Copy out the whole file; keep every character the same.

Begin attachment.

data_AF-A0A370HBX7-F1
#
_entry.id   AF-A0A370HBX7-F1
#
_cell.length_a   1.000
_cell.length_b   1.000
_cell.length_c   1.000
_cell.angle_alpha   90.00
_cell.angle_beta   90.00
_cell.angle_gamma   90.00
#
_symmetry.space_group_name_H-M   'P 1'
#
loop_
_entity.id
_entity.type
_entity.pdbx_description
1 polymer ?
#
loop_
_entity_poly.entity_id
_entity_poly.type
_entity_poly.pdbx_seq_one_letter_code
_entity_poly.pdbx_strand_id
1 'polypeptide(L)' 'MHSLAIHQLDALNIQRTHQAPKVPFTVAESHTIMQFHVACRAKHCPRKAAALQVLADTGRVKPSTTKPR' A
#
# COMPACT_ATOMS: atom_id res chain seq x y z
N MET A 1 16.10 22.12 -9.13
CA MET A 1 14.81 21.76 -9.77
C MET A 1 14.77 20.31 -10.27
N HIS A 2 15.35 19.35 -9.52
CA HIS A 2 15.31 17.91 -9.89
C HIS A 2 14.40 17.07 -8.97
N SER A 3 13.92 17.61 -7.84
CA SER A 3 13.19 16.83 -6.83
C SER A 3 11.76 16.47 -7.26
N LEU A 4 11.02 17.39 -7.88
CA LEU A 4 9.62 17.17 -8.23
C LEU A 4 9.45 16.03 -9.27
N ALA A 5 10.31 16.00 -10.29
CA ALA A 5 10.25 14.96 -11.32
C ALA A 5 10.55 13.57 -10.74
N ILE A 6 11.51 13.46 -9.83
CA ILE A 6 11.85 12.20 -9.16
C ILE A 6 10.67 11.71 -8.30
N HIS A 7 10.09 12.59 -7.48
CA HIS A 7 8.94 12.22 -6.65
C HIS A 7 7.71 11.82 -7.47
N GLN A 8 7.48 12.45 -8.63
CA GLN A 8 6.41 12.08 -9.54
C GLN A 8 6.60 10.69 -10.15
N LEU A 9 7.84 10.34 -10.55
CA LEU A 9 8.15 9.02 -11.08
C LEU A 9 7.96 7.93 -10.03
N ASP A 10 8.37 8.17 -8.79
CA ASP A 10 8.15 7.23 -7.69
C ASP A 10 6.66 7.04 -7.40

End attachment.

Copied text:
data_AF-A0A370HBX7-F1
#
_entry.id   AF-A0A370HBX7-F1
#
_cell.length_a   1.000
_cell.length_b   1.000
_cell.length_c   1.000
_cell.angle_alpha   90.00
_cell.angle_beta   90.00
_cell.angle_gamma   90.00
#
_symmetry.space_group_name_H-M   'P 1'
#
loop_
_entity.id
_entity.type
_entity.pdbx_description
1 polymer ?
#
loop_
_entity_poly.entity_id
_entity_poly.type
_entity_poly.pdbx_seq_one_letter_code
_entity_poly.pdbx_strand_id
1 'polypeptide(L)' 'MHSLAIHQLDALNIQRTHQAPKVPFTVAESHTIMQFHVACRAKHCPRKAAALQVLADTGRVKPSTTKPR' A
#
# COMPACT_ATOMS: atom_id res chain seq x y z
N MET A 1 16.10 22.12 -9.13
CA MET A 1 14.81 21.76 -9.77
C MET A 1 14.77 20.31 -10.27
N HIS A 2 15.35 19.35 -9.52
CA HIS A 2 15.31 17.91 -9.89
C HIS A 2 14.40 17.07 -8.97
N SER A 3 13.92 17.61 -7.84
CA SER A 3 13.19 16.83 -6.83
C SER A 3 11.76 16.47 -7.26
N LEU A 4 11.02 17.39 -7.88
CA LEU A 4 9.62 17.17 -8.23
C LEU A 4 9.45 16.03 -9.27
N ALA A 5 10.31 16.00 -10.29
CA ALA A 5 10.25 14.96 -11.32
C ALA A 5 10.55 13.57 -10.74
N ILE A 6 11.51 13.46 -9.83
CA ILE A 6 11.85 12.20 -9.16
C ILE A 6 10.67 11.71 -8.30
N HIS A 7 10.09 12.59 -7.48
CA HIS A 7 8.94 12.22 -6.65
C HIS A 7 7.71 11.82 -7.47
N GLN A 8 7.48 12.45 -8.63
CA GLN A 8 6.41 12.08 -9.54
C GLN A 8 6.60 10.69 -10.15
N LEU A 9 7.84 10.34 -10.55
CA LEU A 9 8.15 9.02 -11.08
C LEU A 9 7.96 7.93 -10.03
N ASP A 10 8.37 8.17 -8.79
CA ASP A 10 8.15 7.23 -7.69
C ASP A 10 6.66 7.04 -7.40